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Labor is hurting its own voters

By Graham Young - posted Wednesday, 24 August 2016

The Queensland government is schizophrenic.

It campaigned last election against asset sales, promising no increase in debt or taxes, yet every proposal to accelerate the Queensland economy involves at least one of these.

The latest is the redevelopment, and presumably sale, of government-owned land in Rockhampton and Townsville.


I have no quibble with its conversion to privatisation, but now they have seen sense, they need to approach it logically.

The evidence from their handling of the Logan Renewal Initiative is not encouraging.

This was a project that, over the next 20 years, would have turned $300 m of government-owned assets (of which $12.9m was cash) into $1 bn.

This is achieved by turning the whole Department of Housing and Public Works portfolio in Logan over to a not-for-profit consortium for 20 years. They manage the portfolio, replace 1,049 of the existing dwellings with new ones, and build another 1,565 of which 800 are either social housing or affordable rent.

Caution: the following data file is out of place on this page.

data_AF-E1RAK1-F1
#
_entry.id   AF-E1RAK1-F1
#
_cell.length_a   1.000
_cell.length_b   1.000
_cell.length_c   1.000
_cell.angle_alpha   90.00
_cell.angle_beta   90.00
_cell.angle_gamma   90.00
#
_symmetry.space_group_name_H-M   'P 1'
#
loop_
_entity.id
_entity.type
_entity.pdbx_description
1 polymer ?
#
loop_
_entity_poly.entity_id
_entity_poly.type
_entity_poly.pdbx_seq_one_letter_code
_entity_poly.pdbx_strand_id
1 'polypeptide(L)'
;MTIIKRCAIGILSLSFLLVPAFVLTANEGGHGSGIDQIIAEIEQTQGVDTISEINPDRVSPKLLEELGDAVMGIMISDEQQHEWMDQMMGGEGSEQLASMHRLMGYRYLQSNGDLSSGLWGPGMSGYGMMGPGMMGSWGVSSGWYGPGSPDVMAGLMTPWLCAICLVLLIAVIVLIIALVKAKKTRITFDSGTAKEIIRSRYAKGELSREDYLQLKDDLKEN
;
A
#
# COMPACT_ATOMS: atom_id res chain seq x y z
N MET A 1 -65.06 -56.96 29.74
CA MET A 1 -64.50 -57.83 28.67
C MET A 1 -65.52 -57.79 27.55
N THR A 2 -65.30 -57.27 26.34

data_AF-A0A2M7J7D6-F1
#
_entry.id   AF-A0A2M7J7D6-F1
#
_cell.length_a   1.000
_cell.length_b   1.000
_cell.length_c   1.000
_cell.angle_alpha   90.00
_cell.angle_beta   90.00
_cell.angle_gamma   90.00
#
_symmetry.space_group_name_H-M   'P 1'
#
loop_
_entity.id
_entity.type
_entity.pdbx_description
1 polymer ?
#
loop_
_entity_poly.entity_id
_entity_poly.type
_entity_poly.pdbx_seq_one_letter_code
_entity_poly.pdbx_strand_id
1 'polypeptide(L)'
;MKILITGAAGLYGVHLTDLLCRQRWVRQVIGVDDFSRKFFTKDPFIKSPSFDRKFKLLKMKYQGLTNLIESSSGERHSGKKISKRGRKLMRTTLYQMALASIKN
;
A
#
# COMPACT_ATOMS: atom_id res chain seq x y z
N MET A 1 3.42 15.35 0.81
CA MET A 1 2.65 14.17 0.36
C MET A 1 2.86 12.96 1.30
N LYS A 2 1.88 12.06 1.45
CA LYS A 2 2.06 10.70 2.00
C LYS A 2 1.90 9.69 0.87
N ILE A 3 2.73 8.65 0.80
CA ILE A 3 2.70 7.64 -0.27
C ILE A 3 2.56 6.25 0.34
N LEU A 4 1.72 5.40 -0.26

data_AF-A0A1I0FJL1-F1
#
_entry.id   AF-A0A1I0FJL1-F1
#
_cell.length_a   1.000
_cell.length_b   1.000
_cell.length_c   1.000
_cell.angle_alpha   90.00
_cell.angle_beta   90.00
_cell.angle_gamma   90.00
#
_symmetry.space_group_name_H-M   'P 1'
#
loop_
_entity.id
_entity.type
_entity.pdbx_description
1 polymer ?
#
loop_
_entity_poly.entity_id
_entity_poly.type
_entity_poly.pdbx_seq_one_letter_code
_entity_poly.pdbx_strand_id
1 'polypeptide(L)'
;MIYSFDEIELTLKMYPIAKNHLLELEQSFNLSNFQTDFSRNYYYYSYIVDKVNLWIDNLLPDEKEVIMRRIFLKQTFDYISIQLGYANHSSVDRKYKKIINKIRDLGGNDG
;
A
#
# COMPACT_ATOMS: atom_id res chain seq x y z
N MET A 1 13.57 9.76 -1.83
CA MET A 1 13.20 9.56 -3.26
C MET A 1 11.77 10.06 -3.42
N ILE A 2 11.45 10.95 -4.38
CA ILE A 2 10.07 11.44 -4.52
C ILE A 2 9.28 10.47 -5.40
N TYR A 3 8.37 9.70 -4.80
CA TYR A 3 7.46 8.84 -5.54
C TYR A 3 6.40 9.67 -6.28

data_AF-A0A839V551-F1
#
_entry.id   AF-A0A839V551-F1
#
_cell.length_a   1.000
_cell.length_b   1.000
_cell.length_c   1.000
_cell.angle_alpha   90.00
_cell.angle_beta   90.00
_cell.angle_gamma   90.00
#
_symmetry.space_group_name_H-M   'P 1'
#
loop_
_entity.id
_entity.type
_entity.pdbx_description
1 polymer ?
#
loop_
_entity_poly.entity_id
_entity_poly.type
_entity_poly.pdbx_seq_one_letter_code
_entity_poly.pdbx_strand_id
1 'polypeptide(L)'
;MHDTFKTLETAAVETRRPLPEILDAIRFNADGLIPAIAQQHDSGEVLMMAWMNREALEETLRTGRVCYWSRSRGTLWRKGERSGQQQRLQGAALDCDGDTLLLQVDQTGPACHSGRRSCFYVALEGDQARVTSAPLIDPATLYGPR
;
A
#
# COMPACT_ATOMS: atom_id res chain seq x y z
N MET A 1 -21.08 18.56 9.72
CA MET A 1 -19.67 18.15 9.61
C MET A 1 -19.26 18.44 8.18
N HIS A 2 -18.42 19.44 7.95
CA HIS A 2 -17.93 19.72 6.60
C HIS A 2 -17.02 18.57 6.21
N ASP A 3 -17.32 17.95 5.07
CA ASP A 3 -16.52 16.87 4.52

The balance is sold off, providing the cash to renovate and expand the existing stock.

The federal government will also contribute $420m.


This was a project a long time in the baking, having been originally started under the Bligh government. It is not conceptually difficult, and is similar to projects being undertaken in other states, including Labor-governed ones like South Australia.

Yet somewhere around 5 years after the project was initially conceived, and with some contracts already entered into, this government has canned the project.

Instead they intend to spend $17m over the next 4 years building 70 houses. That’s roughly 18 a year versus 146 dwellings, just in the first two years of the proposed Logan Redevelopment Initiative.

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This article was first published in a slightly edited form in the Courier Mail.

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About the Author

Graham Young is chief editor and the publisher of On Line Opinion. He is executive director of the Australian Institute for Progress, an Australian think tank based in Brisbane, and the publisher of On Line Opinion.

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